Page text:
3. OzarkHillbilly says:

    @Doug Mataconis:

    Then how do you explain all the Democrats who voted for this?

    Cowardice. But then I live in a red state where the only way a Dem gets elected is by selling their soul to the NRA, so my pov may be skewed a little.

    As I said before, there is no reason that Congress should have veto power over what is nothing more than an ordinary business decision.

    On this, you and I agree.

  4. Stan25 says:

    Isn’t there a provision in the Constitution that mandates Congress control the post office and what it does? Seems to me like they are doing something that is Constitutional for a change.

  5. al-Ameda says:

    There you go, yet another example of just how serious Congress is on spending. On this issue, Republicans are their usual hypocritical selves, Democrats are complicit in GOP stupidity.

  6. @Stan25: Congress has oversight over the USPS, so I do not question their right to do this. I question the wisdom of the decision.

  7. matt bernius says:

    @Steven L. Taylor: Especially in lieu of the fact that Congress passed the postal act which requires the post office to run deficit neutral, and then have gone on to ask the post office to do a number of things that make it all but impossible for it to run deficit neutral.

  8. al-Ameda says:

    @Steven L. Taylor:

    Congress has oversight over the USPS, so I do not question their right to do this. I question the wisdom of the decision.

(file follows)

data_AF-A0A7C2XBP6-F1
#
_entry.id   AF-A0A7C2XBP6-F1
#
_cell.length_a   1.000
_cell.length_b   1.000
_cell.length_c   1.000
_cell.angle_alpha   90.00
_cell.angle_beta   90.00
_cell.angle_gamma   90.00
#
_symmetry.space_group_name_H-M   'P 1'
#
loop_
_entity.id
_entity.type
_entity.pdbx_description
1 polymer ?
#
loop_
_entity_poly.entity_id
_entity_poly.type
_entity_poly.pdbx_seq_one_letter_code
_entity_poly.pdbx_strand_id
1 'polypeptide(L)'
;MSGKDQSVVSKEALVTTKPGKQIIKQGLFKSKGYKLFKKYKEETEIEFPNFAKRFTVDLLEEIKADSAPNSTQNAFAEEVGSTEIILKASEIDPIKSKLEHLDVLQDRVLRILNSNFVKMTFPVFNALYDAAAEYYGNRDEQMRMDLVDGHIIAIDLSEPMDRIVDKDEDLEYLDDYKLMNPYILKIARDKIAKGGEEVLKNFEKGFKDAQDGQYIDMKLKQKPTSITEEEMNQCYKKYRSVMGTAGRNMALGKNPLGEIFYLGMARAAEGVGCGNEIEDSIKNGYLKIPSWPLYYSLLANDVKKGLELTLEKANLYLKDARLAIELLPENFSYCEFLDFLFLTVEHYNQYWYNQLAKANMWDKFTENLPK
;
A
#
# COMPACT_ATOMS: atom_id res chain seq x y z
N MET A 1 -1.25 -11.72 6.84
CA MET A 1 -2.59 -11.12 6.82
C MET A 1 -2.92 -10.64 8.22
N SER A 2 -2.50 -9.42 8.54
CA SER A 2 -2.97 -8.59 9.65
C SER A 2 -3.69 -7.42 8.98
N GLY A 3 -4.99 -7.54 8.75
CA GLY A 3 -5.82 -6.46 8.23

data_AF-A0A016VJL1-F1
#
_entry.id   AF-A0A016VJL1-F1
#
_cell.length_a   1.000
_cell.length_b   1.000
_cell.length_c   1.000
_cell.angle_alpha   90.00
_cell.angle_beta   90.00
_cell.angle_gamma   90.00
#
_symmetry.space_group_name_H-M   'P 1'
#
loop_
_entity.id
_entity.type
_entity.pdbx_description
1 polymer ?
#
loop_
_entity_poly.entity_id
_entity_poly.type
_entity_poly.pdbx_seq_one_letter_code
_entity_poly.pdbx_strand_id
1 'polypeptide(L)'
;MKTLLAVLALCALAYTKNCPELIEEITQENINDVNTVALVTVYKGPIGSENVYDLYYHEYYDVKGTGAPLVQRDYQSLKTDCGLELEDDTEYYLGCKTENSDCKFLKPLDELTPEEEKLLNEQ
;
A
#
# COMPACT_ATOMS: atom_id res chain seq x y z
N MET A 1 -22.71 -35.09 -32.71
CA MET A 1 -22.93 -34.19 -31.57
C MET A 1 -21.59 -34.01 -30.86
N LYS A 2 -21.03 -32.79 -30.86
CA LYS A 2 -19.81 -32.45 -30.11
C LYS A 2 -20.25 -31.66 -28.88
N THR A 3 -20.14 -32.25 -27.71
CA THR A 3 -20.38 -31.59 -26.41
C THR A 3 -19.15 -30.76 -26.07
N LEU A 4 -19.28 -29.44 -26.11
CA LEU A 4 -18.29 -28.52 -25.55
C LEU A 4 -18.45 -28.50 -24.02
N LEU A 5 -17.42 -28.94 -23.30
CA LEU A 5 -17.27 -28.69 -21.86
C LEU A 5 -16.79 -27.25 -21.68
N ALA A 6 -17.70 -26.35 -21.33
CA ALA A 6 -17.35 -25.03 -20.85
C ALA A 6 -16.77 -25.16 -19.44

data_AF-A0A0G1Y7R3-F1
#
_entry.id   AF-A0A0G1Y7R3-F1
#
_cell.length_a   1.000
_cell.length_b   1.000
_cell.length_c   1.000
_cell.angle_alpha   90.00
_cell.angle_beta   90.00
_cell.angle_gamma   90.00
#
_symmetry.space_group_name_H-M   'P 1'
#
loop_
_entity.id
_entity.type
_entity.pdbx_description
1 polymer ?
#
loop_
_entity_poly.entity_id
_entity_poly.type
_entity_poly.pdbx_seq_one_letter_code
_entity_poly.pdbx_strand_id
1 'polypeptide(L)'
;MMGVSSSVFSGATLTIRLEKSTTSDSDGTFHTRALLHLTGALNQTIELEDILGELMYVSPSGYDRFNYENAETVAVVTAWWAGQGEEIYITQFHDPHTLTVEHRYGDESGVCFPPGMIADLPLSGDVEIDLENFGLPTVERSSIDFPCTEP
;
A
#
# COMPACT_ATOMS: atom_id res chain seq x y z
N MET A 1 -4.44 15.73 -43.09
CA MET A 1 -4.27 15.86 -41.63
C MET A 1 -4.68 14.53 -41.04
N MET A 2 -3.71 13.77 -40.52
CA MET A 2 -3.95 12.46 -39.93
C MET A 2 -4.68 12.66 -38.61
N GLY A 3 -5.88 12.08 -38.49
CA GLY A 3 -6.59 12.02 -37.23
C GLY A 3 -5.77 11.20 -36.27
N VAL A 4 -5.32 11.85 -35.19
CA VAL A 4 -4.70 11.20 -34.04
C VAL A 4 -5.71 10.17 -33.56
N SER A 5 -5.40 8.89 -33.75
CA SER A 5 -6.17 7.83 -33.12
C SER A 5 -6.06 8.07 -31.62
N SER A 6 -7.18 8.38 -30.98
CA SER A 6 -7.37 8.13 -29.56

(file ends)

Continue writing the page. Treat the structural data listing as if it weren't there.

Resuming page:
I agree completely. It is a small amount of money relative to the federal budget, yet it shows us just how incontinent our Congress is.

    (the Incontinental Congress? I apologize)

  9. @Stan25:

    The Constitution authorizes Congress to established “post offices” and “post roads.” It does not require that Congress do so.

  10. Ben Wolf says:

    @OzarkHillbilly: Democrats are just as gung-ho about privatizing the USPS as the Republicans. Both parties are corporatist to the core.

  11. anjin-san says:

    compete postal privatization.

    Great idea. Sell it to someone like Donald Trump. Then Americans will be at his mercy when it comes to mail and many parcels. The peons should really be reminded they are peons, preferably on a daily basis.

  12. Tyrell says:

    USPS has talked about doing away with Saturday service for years and I have heard no objections. If I go to a doctor on a Saturday, I pay extra. If someone needs Saturday service, let them pay more. If some of these services are set up to run as a profit agency, they should have a lot of freedom and flexibility (USPS, AMTRAK). Congress is now not much more than an arrogant money machine that feeds on special interests and taxpayers money. “Clean the house”. Fire them all in 2014. One term limits for everyone!!

  13. Rob in CT says:

    This is the sort of thing you run into when you have something that is neither fully public nor fully private.

    I’d be fine with the USPS being a government agency. I’d also be fine with full privatization. I suspect either would be an improvement.